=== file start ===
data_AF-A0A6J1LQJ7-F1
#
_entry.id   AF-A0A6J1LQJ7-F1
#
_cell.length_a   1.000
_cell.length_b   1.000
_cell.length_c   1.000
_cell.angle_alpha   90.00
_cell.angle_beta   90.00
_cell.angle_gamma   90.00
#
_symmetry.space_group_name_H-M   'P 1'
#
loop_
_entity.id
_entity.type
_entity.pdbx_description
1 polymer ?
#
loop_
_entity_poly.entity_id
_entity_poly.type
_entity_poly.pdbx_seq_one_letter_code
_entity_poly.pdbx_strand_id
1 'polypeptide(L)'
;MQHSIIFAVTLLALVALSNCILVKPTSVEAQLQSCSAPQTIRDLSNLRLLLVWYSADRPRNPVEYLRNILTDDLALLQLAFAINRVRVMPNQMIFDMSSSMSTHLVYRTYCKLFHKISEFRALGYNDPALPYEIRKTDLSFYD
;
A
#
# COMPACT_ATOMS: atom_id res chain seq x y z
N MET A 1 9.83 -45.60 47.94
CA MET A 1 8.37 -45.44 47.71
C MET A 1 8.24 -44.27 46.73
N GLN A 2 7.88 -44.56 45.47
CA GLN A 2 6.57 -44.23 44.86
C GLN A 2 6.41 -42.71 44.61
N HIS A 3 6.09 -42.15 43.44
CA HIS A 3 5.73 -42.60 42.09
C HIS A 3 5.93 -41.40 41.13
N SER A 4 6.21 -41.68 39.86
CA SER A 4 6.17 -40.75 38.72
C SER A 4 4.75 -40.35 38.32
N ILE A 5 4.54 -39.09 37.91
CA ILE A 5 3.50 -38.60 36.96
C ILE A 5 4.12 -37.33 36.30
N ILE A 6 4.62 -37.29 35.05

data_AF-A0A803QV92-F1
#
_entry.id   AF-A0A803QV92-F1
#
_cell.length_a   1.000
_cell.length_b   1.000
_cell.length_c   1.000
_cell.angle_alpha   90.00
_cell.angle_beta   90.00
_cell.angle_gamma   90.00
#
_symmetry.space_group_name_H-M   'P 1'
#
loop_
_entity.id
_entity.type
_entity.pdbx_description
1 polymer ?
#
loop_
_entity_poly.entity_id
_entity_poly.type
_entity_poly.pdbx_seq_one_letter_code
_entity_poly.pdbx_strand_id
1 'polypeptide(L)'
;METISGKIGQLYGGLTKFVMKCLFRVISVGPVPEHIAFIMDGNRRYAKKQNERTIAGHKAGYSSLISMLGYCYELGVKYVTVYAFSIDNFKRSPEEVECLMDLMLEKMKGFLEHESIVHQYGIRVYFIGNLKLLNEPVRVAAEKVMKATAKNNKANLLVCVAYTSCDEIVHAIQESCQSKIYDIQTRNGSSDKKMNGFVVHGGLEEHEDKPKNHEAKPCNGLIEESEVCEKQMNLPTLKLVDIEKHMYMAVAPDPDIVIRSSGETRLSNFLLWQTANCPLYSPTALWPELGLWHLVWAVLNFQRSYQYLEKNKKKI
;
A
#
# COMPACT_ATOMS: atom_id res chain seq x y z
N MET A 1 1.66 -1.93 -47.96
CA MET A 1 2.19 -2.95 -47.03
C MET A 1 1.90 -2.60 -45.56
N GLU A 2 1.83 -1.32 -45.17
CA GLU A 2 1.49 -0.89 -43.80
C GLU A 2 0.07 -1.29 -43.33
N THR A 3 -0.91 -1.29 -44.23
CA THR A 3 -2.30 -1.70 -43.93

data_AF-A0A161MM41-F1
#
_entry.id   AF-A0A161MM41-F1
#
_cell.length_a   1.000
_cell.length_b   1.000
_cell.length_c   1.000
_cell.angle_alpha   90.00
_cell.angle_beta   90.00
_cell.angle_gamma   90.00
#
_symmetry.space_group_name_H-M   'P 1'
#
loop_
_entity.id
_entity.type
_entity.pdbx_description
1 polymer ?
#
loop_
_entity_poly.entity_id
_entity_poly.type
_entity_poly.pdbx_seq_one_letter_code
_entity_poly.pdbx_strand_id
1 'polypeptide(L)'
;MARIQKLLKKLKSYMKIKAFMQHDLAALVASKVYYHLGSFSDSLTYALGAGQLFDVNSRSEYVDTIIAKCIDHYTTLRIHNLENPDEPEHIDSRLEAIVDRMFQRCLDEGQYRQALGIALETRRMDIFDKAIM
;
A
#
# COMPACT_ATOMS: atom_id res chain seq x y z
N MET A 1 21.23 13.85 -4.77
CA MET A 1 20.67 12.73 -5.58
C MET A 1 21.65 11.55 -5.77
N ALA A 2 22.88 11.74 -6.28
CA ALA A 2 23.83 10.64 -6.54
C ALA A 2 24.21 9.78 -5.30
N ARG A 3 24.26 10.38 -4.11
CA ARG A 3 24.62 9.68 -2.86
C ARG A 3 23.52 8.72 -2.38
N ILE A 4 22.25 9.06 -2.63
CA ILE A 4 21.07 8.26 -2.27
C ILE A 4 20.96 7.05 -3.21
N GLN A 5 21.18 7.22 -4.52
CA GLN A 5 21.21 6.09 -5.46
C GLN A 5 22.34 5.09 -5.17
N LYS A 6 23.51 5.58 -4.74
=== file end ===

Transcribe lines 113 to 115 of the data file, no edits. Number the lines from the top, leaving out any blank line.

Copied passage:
#
# COMPACT_ATOMS: atom_id res chain seq x y z
N MET A 1 21.23 13.85 -4.77